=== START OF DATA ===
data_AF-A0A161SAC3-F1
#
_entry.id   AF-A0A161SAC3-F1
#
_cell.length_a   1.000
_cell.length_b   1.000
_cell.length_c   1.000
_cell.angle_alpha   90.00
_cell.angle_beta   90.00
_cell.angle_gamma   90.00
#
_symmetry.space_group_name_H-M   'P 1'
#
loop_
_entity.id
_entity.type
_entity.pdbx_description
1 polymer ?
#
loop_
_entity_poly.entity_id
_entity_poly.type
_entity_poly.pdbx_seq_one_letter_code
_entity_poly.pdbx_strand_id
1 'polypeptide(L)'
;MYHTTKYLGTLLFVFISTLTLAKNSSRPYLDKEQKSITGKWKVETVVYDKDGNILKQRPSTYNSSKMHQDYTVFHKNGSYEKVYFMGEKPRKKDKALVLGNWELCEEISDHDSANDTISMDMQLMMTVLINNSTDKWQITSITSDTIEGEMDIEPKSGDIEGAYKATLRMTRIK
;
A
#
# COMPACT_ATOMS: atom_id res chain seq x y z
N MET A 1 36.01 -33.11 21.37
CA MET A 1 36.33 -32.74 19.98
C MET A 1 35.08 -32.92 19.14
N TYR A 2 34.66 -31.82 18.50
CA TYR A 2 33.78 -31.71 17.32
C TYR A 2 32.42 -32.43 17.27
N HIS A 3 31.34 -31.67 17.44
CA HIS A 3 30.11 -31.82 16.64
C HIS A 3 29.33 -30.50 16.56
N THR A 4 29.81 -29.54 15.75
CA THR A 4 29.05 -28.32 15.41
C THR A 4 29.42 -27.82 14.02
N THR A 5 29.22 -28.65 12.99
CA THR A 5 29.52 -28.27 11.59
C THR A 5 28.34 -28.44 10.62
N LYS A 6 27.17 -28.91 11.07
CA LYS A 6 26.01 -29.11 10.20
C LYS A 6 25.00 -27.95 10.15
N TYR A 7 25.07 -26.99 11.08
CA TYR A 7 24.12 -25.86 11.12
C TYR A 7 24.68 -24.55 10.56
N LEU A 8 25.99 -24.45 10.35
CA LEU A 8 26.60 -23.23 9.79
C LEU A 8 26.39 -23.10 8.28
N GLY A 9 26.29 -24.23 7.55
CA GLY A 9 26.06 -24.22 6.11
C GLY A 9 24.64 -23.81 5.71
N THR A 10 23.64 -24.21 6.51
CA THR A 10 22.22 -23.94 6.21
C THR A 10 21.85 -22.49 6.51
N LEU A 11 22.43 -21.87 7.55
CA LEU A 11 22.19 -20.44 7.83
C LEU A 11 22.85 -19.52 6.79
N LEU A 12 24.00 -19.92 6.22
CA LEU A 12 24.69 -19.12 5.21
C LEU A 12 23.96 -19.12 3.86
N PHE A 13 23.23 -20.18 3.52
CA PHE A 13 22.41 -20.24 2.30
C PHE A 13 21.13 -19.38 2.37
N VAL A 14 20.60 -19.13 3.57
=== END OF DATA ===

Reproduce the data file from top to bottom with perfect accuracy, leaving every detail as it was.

data_AF-A0A161SAC3-F1
#
_entry.id   AF-A0A161SAC3-F1
#
_cell.length_a   1.000
_cell.length_b   1.000
_cell.length_c   1.000
_cell.angle_alpha   90.00
_cell.angle_beta   90.00
_cell.angle_gamma   90.00
#
_symmetry.space_group_name_H-M   'P 1'
#
loop_
_entity.id
_entity.type
_entity.pdbx_description
1 polymer ?
#
loop_
_entity_poly.entity_id
_entity_poly.type
_entity_poly.pdbx_seq_one_letter_code
_entity_poly.pdbx_strand_id
1 'polypeptide(L)'
;MYHTTKYLGTLLFVFISTLTLAKNSSRPYLDKEQKSITGKWKVETVVYDKDGNILKQRPSTYNSSKMHQDYTVFHKNGSYEKVYFMGEKPRKKDKALVLGNWELCEEISDHDSANDTISMDMQLMMTVLINNSTDKWQITSITSDTIEGEMDIEPKSGDIEGAYKATLRMTRIK
;
A
#
# COMPACT_ATOMS: atom_id res chain seq x y z
N MET A 1 36.01 -33.11 21.37
CA MET A 1 36.33 -32.74 19.98
C MET A 1 35.08 -32.92 19.14
N TYR A 2 34.66 -31.82 18.50
CA TYR A 2 33.78 -31.71 17.32
C TYR A 2 32.42 -32.43 17.27
N HIS A 3 31.34 -31.67 17.44
CA HIS A 3 30.11 -31.82 16.64
C HIS A 3 29.33 -30.50 16.56
N THR A 4 29.81 -29.54 15.75
CA THR A 4 29.05 -28.32 15.41
C THR A 4 29.42 -27.82 14.02
N THR A 5 29.22 -28.65 12.99
CA THR A 5 29.52 -28.27 11.59
C THR A 5 28.34 -28.44 10.62
N LYS A 6 27.17 -28.91 11.07
CA LYS A 6 26.01 -29.11 10.20
C LYS A 6 25.00 -27.95 10.15
N TYR A 7 25.07 -26.99 11.08
CA TYR A 7 24.12 -25.86 11.12
C TYR A 7 24.68 -24.55 10.56
N LEU A 8 25.99 -24.45 10.35
CA LEU A 8 26.60 -23.23 9.79
C LEU A 8 26.39 -23.10 8.28
N GLY A 9 26.29 -24.23 7.55
CA GLY A 9 26.06 -24.22 6.11
C GLY A 9 24.64 -23.81 5.71
N THR A 10 23.64 -24.21 6.51
CA THR A 10 22.22 -23.94 6.21
C THR A 10 21.85 -22.49 6.51
N LEU A 11 22.43 -21.87 7.55
CA LEU A 11 22.19 -20.44 7.83
C LEU A 11 22.85 -19.52 6.79
N LEU A 12 24.00 -19.92 6.22
CA LEU A 12 24.69 -19.12 5.21
C LEU A 12 23.96 -19.12 3.86
N PHE A 13 23.23 -20.18 3.52
CA PHE A 13 22.41 -20.24 2.30
C PHE A 13 21.13 -19.38 2.37
N VAL A 14 20.60 -19.13 3.57